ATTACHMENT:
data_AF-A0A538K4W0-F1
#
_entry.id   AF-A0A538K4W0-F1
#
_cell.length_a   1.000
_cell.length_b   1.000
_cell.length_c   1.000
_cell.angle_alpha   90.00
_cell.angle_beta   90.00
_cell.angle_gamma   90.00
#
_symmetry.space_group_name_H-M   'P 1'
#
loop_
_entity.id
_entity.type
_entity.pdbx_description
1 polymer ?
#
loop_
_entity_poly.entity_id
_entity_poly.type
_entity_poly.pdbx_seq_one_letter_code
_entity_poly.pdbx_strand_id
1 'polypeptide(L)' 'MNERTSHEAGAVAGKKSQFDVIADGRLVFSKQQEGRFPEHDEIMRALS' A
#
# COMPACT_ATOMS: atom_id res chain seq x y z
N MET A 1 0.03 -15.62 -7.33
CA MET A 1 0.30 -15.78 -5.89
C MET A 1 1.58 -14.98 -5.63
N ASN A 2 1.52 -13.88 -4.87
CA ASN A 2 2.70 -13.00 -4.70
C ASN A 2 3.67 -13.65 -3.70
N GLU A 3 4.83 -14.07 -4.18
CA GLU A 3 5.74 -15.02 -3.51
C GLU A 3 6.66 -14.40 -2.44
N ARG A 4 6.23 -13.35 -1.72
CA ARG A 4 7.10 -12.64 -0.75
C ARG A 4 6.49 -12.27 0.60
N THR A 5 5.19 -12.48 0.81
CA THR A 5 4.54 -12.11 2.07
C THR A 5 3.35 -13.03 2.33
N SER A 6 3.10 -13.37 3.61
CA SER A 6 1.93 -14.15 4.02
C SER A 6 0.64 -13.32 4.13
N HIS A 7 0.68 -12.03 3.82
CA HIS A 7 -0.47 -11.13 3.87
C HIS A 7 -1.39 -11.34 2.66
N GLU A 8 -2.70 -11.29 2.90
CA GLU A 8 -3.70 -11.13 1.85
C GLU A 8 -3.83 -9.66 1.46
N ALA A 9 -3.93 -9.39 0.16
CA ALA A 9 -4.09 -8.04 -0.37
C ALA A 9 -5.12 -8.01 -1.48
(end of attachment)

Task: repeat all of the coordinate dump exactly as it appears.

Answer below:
data_AF-A0A538K4W0-F1
#
_entry.id   AF-A0A538K4W0-F1
#
_cell.length_a   1.000
_cell.length_b   1.000
_cell.length_c   1.000
_cell.angle_alpha   90.00
_cell.angle_beta   90.00
_cell.angle_gamma   90.00
#
_symmetry.space_group_name_H-M   'P 1'
#
loop_
_entity.id
_entity.type
_entity.pdbx_description
1 polymer ?
#
loop_
_entity_poly.entity_id
_entity_poly.type
_entity_poly.pdbx_seq_one_letter_code
_entity_poly.pdbx_strand_id
1 'polypeptide(L)' 'MNERTSHEAGAVAGKKSQFDVIADGRLVFSKQQEGRFPEHDEIMRALS' A
#
# COMPACT_ATOMS: atom_id res chain seq x y z
N MET A 1 0.03 -15.62 -7.33
CA MET A 1 0.30 -15.78 -5.89
C MET A 1 1.58 -14.98 -5.63
N ASN A 2 1.52 -13.88 -4.87
CA ASN A 2 2.70 -13.00 -4.70
C ASN A 2 3.67 -13.65 -3.70
N GLU A 3 4.83 -14.07 -4.18
CA GLU A 3 5.74 -15.02 -3.51
C GLU A 3 6.66 -14.40 -2.44
N ARG A 4 6.23 -13.35 -1.72
CA ARG A 4 7.10 -12.64 -0.75
C ARG A 4 6.49 -12.27 0.60
N THR A 5 5.19 -12.48 0.81
CA THR A 5 4.54 -12.11 2.07
C THR A 5 3.35 -13.03 2.33
N SER A 6 3.10 -13.37 3.61
CA SER A 6 1.93 -14.15 4.02
C SER A 6 0.64 -13.32 4.13
N HIS A 7 0.68 -12.03 3.82
CA HIS A 7 -0.47 -11.13 3.87
C HIS A 7 -1.39 -11.34 2.66
N GLU A 8 -2.70 -11.29 2.90
CA GLU A 8 -3.70 -11.13 1.85
C GLU A 8 -3.83 -9.66 1.46
N ALA A 9 -3.93 -9.39 0.16
CA ALA A 9 -4.09 -8.04 -0.37
C ALA A 9 -5.12 -8.01 -1.48